What’s My Beef: Out Of Town Invites

A friend of mine recently asked me to serve as an usher at his upcoming wedding, and I, being the loyal friend that I am, of course said I’d be honored. Seconds after pledging my total commitment, he then informed me that his wife-to-be is from San Diego, 505 miles south of here, and that’s where the wedding will be held. If you listen closely, you can actually hear the bonds of friendship being sorely tested.

Which leads me to today’s beef: wassup with people whose special gatherings require you to travel great distances and spend lots of money?

To me, getting an invitation to out-of-town soirĂ©es like weddings, anniversaries or family reunions is like receiving a bill; you’re being charged to attend this event. In my case, after airfare, a three-day, two-night hotel stay, tux, meals, drinks, taxis and various other add-ons, it’s a bill for a little over a grand. Oh, and let’s not forget the obligatory gift.

Which is another source of irritation: after forking out a hefty sum to attend the event, you’re also supposed to bring a gift. Haven’t I spent enough? As my Mom used to say, I’m not made of money. In my opinion the only gift I should be required to bring is the pleasure of my presence, especially since I have a well-earned reputation for contributing greatly to the spectacle of the pageantry.

I know this makes me seem ungrateful (not to mention really, really cheap), but personally I would have a big problem asking family and friends to shell out a lot of money and effort just to watch me get hitched (or to watch me do anything, for that matter), especially in this economy.

But people only seem to think about how special it will be to hold a special moment in a special place, even if that place is halfway around the world. “Let’s get married in Fiji.” “We should hold the family reunion in Disneyland!” They never think of the special inconvenience and cost this bill, er, invitation, incurs on the invitees.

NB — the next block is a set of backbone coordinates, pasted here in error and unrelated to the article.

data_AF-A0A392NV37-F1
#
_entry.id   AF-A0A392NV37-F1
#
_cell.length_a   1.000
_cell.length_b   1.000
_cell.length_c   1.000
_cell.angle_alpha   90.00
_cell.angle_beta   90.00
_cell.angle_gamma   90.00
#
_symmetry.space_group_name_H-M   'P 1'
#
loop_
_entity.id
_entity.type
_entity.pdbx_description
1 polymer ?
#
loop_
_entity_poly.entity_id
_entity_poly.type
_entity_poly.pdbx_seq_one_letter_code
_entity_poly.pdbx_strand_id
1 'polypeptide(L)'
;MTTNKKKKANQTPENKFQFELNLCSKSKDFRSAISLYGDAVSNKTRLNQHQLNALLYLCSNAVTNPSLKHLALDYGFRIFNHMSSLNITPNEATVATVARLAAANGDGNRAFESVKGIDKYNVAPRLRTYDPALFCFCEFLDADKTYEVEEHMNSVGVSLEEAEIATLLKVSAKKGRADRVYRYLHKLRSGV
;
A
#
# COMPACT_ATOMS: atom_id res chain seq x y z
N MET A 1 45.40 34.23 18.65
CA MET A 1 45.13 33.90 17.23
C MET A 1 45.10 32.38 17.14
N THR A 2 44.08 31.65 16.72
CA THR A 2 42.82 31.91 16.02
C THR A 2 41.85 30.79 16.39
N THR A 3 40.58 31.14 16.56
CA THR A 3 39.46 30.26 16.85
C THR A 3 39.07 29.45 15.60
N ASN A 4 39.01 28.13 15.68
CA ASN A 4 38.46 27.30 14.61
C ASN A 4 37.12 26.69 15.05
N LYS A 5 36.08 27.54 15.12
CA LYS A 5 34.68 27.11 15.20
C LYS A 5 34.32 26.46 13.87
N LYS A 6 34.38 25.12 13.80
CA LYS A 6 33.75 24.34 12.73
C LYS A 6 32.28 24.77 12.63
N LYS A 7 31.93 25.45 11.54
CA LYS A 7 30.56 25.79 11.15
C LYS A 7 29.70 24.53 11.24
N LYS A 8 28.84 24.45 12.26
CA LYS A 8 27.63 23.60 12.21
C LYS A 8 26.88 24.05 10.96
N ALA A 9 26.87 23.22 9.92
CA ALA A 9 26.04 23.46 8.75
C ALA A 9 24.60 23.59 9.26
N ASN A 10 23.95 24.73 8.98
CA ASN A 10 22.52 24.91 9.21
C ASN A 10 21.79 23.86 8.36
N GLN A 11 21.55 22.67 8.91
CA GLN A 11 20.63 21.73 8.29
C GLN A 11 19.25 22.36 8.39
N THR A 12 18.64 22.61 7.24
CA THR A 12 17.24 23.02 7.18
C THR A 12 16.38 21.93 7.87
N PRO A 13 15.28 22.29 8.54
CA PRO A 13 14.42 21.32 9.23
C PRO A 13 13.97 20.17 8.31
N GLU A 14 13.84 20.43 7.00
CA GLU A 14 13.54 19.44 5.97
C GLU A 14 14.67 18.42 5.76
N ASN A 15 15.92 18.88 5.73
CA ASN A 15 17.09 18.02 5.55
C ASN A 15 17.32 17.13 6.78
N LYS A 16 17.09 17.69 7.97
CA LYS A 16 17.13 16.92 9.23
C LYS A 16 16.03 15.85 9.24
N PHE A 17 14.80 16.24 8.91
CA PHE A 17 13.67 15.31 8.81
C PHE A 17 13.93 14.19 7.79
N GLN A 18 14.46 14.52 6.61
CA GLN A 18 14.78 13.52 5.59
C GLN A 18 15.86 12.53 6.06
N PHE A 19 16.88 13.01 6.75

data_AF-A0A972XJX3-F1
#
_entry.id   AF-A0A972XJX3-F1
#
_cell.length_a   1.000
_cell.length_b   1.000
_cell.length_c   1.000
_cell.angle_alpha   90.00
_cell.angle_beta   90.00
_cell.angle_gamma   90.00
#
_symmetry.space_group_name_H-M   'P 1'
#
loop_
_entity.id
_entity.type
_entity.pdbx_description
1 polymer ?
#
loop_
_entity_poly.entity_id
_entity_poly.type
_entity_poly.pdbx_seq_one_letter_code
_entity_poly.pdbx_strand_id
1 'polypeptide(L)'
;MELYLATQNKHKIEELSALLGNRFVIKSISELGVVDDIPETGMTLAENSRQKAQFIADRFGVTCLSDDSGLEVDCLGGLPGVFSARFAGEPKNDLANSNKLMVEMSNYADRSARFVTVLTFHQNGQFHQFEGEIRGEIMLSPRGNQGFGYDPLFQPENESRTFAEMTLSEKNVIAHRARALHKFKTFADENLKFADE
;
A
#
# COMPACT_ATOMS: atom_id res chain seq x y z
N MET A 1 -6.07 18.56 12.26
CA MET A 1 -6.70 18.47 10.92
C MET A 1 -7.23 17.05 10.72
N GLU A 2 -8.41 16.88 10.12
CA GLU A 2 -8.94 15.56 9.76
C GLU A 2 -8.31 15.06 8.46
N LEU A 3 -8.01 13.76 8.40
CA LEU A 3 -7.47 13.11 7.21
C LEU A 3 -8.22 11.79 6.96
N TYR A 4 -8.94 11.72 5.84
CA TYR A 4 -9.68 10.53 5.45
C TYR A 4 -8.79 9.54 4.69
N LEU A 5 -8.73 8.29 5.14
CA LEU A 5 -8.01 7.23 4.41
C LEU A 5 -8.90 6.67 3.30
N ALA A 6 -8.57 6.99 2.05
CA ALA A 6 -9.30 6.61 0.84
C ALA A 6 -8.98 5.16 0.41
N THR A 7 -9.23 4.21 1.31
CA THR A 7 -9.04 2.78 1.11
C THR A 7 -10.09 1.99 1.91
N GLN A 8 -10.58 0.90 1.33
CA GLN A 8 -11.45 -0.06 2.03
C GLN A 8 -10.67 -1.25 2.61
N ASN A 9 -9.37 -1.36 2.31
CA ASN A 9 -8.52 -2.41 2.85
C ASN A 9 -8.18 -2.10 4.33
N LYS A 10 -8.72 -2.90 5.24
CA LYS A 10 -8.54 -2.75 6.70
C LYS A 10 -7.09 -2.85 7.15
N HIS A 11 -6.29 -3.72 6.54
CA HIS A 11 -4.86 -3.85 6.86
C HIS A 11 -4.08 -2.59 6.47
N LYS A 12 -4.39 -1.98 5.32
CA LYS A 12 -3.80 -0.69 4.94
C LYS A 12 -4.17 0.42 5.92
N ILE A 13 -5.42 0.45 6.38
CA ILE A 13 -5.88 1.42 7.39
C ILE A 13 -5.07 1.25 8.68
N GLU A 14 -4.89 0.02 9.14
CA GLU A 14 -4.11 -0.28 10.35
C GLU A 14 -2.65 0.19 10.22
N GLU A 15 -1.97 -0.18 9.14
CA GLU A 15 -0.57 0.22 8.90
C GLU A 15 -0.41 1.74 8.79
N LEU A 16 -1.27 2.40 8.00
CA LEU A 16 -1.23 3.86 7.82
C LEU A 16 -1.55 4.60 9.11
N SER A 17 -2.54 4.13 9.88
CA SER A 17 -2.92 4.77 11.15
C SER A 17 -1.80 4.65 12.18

After all this griping one might rightfully ask: if its such a pain in the ass, why did you accept? Well, that’s a good question, one that I really don’t have an answer for. I guess it seemed like a cool idea at the time, and I’m always up for a good road trip. The prospect of meeting up with mates from my advertising agency days also intrigued me.

But that’s was before the financial debacle that was Tax Day; before money got a little tight and breakfast, lunch and dinner became Top Ramen noodles. But since I’ve already responded in the affirmative, I guess I’m committed (which is what I should have been when I thought this might be a good idea). I’m a man of my word, and it would be rude of me to back out now, two weeks before the event.

Besides, after racking my brain I’ve concluded there is no excuse believable enough that doesn’t scream, “I rue the day I accepted an invitation to your stupid wedding!” I know I would be insulted if someone did that to me (especially if they’ve already chosen chicken over the fish), and the bad feelings that will inevitably develop just wouldn’t be worth it.

So on June 1 it’s off to San Diego I go. After all this griping, though, I’ll probably wind up having a blast, and after a few glasses of what better be very excellent red wine flecked with specks of gold, the cost of the weekend will soon become a distant memory, as will, eventually, my hotel keycard, cell phone and underwear, if history serves me well.

The lesson learned here is don’t commit to something if you’re not 100% into it. I have a history of doing that, and the results are always the same: massive regret and the wanton spending of money.

So if any of you in the global blogosphere are thinking of inviting me to your event (if only for the rollicking entertainment I supply), please think twice. I’ll be glad to send a card and heartfelt declarations of congratulations, but don’t expect me to attend, even if you are serving very excellent red wine flecked with specks of gold.

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